Weekly News Update 
 
 
 
 
WASHINGTON, D.C. February 17, 2017
 

TO: NCSEJ Leadership and Interested Parties
 
FROM: Daniel Rubin, Chairman;
Alexander Smukler, President;
Mark B. Levin, Executive Vice-Chairman & CEO
 

Dear Friend,


This week Russian lawmaker Vitaliy Milonov said “Christians survived despite the fact that the ancestors of Boris Vishnevsky and Maksim Reznik boiled us in cauldrons and fed us to animals,” in reference to two Jewish St. Petersburg city council members. The anti-Semitic comments were made after protesters gathered in front of St. Isaac’s Cathedral to protest the cathedral’s transfer of control to the Russian Orthodox Church. NCSEJ issued a press release condemning these vulgar remarks. We are deeply disturbed that dangerous myths about Jews are still being promulgated in Russia.

Also in Russia, Chief Rabbi of Sochi Ari Edelkopf has been notified that he will be deported for “disrupting the constitutional order and fostering threats to the Russian Federation.” The nature of these alleged threats remains unknown. All attempted appeals by the Rabbi and his family have been denied. Alexander Boroda, president of the Federation of Jewish Communities of Russia (FEOR), reported that FEOR is in contact with the authorities and trying to resolve the issue.
 
A new state-of-the-art Jewish museum is set to open in Lithuania in 2019, on the site of a former shtetl near the small town of Seduva, and across from the restored Jewish cemetery. The museum’s architect said his design was inspired by ancient Lithuanian architecture, by the neighboring Jewish cemetery, and by the rural landscape surrounding the site.

Hungarian Prime minister Viktor Orban met with the Hungarian Jewish Communities chairman Andras Heisler on Tuesday. Orban had promised to work to ban future neo-Nazi rallies following a mass demonstration last weekend. Heisler told Orban that neo-Nazi rallies were unacceptable, and the prime minister agreed that the ministry of the interior must find a legal solution to hinder such demonstrations. Orban also promised to help Heisler with his request to restore Budapest’s Zuglo synagogue, which sustained heavy damage in an October 2016 fire.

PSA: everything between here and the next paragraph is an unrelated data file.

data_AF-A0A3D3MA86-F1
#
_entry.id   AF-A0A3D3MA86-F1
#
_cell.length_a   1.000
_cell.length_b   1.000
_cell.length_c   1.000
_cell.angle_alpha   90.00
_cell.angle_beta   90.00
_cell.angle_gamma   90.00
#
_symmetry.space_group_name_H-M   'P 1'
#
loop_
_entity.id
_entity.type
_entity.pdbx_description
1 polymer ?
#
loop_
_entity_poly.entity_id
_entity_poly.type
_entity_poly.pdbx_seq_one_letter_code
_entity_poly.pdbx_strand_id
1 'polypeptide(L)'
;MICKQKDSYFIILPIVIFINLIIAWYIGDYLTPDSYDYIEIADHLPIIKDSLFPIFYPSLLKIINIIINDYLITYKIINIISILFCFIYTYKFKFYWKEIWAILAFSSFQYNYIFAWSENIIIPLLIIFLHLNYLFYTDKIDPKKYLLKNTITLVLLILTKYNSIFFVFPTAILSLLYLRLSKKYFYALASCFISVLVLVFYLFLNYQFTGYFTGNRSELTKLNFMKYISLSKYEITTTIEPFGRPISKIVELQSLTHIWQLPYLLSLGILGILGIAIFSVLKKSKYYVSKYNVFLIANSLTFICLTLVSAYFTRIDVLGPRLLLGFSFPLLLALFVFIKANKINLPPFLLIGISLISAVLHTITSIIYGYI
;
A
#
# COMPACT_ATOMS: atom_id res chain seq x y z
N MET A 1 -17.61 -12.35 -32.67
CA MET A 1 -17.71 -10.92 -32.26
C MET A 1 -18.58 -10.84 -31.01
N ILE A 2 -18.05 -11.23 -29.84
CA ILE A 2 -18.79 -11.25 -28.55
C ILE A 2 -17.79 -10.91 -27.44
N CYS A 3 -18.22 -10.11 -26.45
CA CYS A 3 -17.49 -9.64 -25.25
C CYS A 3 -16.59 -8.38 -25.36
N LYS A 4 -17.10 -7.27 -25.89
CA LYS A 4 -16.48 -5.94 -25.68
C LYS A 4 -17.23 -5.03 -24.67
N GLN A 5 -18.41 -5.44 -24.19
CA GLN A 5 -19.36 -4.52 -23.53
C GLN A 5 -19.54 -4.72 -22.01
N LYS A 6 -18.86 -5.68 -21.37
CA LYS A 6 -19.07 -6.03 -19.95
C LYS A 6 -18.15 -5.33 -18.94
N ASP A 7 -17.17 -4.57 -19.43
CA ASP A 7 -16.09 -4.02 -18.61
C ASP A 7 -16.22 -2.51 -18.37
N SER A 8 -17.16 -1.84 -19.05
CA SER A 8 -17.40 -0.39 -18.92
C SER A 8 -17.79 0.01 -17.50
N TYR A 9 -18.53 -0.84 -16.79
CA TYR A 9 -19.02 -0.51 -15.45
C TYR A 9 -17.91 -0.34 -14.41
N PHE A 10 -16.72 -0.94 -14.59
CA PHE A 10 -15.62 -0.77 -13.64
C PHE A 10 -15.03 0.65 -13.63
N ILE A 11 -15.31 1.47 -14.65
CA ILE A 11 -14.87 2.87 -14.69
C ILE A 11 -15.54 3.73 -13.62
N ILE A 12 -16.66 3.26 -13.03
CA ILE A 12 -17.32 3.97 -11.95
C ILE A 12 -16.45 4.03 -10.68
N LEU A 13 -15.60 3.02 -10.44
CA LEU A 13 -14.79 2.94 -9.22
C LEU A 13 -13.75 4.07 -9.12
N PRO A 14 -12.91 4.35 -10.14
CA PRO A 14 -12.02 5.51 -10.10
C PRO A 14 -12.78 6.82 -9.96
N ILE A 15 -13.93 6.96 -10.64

​​​​​​​​​​​​​​
Over the weekend, London hosted the first-ever pan-European Limmud FSU conference. Almost 700 participants from Britain, Germany, Albania, France, the Netherlands, Israel, Russia, Ukraine, and the U.S. attended sessions covering Russian history and culture, and presentations by high-profile politicians, journalists, and rabbis from every Jewish denomination, including Russia’s Chief Rabbi Berel Lazar. 

Regards,
 
 
Mark B. Levin
NCSEJ Executive Vice-Chairman & CEO
 
 
 
 
 
 
 
 
 
 
NCSEJ WEEKLY NEWS BRIEF
Washington, D.C. February 17, 2017

Russian lawmaker: Ancestors of Jewish politicians ‘boiled us in cauldrons’
JTA, February 3, 2017


A Russian lawmaker in President Vladimir Putin’s party said the ancestors of two Jewish opposition politicians had killed Christians.

“Christians survived despite the fact that the ancestors of Boris Vishnevsky and Maksim Reznik boiled us in cauldrons and fed us to animals,” Vitaly Milonov said Sunday, according to Agence France-Presse.

Jewish groups and leaders condemned Milonov’s statement.


In unusual criticism, Israeli envoy blames Russia for blocking international anti-Semitism definition
JTA, February 15, 2017


Israel’s ambassador in Moscow criticized Russia for blocking the international adoption of a definition of anti-Semitism, which he linked to a recent string of allegedly racist statements about Jews by Russian politicians.

Gary Koren made his unusual statement on anti-Semitism in Russia in an interview with Interfax, the news agency reported Wednesday. Koren singled out Russia for blocking the definition’s adoption by the Organization for Security and Cooperation in Europe, an intergovernmental group of 57 member states.

Read the full article here.

Jewish Nazi survivor's opera premiers at Russian Bolshoi theater
Reuters/Jerusalem Post, February 12, 2017


Russia's Bolshoi theater is set to premiere Mieczyslaw Weinberg's opera 'Idiot', based on the world renowned masterpiece of Fyodor Dostoyevsky.

The famous story of the 19th century impoverished Russian aristocrat Prince Myshkin misunderstood and outcast from the society drove the inspiration of the artists around the world.


State of the art Jewish museum to open outside a former shtetl in Lithuania
JTA, February 12, 2017


The architects of Warsaw’s award-winning POLIN Museum of the History of Polish Jews will design a state of the art Jewish museum outside a former shtetl in Lithuania.

The museum, slated to open in 2019, will be part of the Lost Shtetl memorial complex inaugurated in 2015 in and around the small town of Šeduva. It will be located across the road from the town’s restored Jewish cemetery, which is part of the complex.